MASSACRE BY MACHETE; Torture, Rape and Mutilation Were Rife in Britain's Bloodiest Ever Colonial War, against the Mau Mau in Kenya. Yet, Disturbingly, Many of the Abuses Were Perpetrated by British Forces. Now, Kenyans Are Seeking Retribution - So What Is the Truth about This Dark Chapter from Our Past?

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PEOPLE said that the Mau Mau severed the limbs of their victims, then drank their blood. Peter Mungai, an African Christian, never saw blood being drunk but he witnessed something more terrifying.

When the Mau Mau caught up with him one warm Kenyan night more than 40 years ago, they didn't harm him - not physically, at least. They just forced him to watch as they slowly strangled his closest friend and then bludgeoned him with a machete. Next, the Mau Mau gang leader cut off his dead friend's finger and forced Peter to kiss it. He was so repulsed that he vomited.

So did other acquaintances of the dead man who were forced to join in the macabre ritual. It was the Mau Mau's way of intimidating fellow Kenyans to support their cause for independence from Britain.

As an alternative means of intimidation, the Mau Mau left dismembered corpses where they would be chanced upon by those they wanted to ter-rorise - 'strung up like pigs', as one young British soldier recalled.

Walking along a forest path one beautiful morning, the soldier found the body of an African man, about the same age as himself, spiked on the branches of a tree.

The man's throat was cut, his wrists were slit and his tongue was cut out.

This was how the Mau Mau treated informers.

Another British officer described how he and his patrol were woken at dawn on their first morning in a battalion camp near Thika, in Kenya's Highlands, by a commotion of worried voices.

He went to investigate and found his men staring in horror at the body of an African, chopped up - 'as if butchered on a slab' - and hung in pieces on the perimeter fence.

The Mau Mau had left their calling card with a chilling message to anyone who opposed them: next time it could be you.

NO WAR of independence was more brutal than the battle in Kenya against the Mau Mau in the Fifties. This was Britain's dirtiest war of decolonisation.

Its history is a catalogue of terror, abuse and excess.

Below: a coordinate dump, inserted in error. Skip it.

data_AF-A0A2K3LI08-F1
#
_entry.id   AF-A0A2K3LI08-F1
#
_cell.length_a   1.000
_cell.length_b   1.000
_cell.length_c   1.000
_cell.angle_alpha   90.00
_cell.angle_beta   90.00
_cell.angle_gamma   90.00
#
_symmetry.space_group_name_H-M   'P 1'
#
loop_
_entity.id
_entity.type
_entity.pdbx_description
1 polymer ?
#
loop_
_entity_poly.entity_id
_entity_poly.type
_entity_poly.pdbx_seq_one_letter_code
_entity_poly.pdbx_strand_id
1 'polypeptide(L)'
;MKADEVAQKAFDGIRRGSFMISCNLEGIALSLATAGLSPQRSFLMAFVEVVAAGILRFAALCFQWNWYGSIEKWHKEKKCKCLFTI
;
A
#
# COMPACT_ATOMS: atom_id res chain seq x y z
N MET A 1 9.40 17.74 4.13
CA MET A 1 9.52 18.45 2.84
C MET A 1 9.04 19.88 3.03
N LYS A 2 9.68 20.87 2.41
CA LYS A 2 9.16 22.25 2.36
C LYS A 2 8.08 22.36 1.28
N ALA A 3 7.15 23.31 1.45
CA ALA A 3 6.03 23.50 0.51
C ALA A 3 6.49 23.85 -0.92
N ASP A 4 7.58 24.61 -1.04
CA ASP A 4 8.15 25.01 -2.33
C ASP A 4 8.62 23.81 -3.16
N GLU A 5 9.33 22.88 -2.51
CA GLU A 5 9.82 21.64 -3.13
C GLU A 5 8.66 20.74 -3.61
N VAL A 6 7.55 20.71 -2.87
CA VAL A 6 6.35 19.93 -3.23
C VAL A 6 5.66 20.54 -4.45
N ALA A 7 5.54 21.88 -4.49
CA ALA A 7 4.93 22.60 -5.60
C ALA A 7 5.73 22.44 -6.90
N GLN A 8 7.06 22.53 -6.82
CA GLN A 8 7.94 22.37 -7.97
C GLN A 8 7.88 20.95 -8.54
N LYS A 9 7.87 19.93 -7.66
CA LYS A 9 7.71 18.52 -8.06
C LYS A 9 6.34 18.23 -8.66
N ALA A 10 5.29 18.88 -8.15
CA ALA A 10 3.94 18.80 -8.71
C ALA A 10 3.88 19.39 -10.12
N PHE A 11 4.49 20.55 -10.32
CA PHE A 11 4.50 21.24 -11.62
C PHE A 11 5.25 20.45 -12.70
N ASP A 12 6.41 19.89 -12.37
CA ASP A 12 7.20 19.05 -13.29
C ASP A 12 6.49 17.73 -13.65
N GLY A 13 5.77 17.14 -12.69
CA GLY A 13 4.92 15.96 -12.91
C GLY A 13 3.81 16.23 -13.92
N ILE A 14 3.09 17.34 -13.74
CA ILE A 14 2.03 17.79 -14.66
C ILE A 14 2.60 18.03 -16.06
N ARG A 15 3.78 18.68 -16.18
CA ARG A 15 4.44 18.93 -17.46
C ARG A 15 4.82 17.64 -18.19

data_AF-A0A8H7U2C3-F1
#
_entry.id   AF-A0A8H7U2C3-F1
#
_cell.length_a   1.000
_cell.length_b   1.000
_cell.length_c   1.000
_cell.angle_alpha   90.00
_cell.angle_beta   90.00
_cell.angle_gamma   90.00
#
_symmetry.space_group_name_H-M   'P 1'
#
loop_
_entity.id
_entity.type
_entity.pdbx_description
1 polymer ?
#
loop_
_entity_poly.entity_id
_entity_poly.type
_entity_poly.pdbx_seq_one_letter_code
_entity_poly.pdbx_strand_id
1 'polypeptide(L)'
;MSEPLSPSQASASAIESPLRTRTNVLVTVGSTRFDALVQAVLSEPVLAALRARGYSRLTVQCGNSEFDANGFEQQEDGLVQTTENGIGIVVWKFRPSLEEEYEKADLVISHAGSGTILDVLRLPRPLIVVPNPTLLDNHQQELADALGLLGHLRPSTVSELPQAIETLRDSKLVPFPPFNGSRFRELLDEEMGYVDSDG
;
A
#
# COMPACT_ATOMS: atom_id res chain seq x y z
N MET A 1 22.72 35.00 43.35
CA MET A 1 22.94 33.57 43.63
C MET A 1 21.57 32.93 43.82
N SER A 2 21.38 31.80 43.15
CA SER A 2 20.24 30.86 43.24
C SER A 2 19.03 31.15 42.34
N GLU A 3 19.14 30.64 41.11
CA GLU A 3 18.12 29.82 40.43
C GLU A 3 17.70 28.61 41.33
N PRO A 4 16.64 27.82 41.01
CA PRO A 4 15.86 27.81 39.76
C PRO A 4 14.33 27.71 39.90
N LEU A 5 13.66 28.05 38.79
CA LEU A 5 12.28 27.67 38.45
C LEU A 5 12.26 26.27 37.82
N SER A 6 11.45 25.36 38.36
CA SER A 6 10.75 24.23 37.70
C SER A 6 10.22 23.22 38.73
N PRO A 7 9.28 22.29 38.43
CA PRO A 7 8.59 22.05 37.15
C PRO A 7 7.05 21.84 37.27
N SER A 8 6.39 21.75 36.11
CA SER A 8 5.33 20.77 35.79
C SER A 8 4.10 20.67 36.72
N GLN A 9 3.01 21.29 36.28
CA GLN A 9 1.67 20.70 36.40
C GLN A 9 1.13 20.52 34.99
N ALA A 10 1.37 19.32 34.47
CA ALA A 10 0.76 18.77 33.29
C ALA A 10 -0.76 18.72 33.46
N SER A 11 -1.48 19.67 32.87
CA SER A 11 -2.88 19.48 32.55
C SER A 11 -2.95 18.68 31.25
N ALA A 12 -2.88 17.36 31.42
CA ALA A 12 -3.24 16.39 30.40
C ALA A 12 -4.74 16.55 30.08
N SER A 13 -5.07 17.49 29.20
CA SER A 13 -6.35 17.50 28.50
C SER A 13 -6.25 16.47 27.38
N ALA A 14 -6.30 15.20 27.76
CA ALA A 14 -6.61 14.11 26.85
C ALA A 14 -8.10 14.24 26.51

Despite the horrors perpetrated by the Mau Mau, neither side emerges with glory.

During the 'Emergency', as the fighting was termed, the Mau Mau slaughtered 32 European settlers on their farms in isolated rural districts, as well as murdering more than 2,000 Africans who they deemed 'collaborators'.

But security forces killed more than 10,000 rebels, and that's the official figure - the true number may be closer to 20,000. In no other British territory this century was there such a death toll.

ONLY now is the true story coming to light.

In the past few weeks, a group styling themselves the Real Mau Mau Freedom Fighters have announced plans to mount a prosecution against the British Government, claiming that our security forces committed human rights abuses in the Fifties.

They want reparations for alleged 'war crimes' against the Mau Mau and their supporters during the State of Emergency that lasted from 1952 to 1960.

Distressing as it is to admit it, the truth is that the historical record contains much that can support their claims. British behaviour during this dark period was questionable at best.

Equally, there is no doubt that the Mau Mau's atrocities against their own people were more barbaric than anything the British had encountered.

To understand this conflict and our dubious role in it, we have to return to colonial Kenya, in the days when it was known as 'the White Man's Country', where Europeans first settled in the early years of the century. By the Fifties, the second generation of settlers was farming the land, and considered Kenya their home.

The land they farmed, however, had once belonged to the Kikuyu people of the central Highlands. After the Second World War, a number of Kikuyu took up arms against the British after tiring of the administration's delays over claims for the restitution of their land. …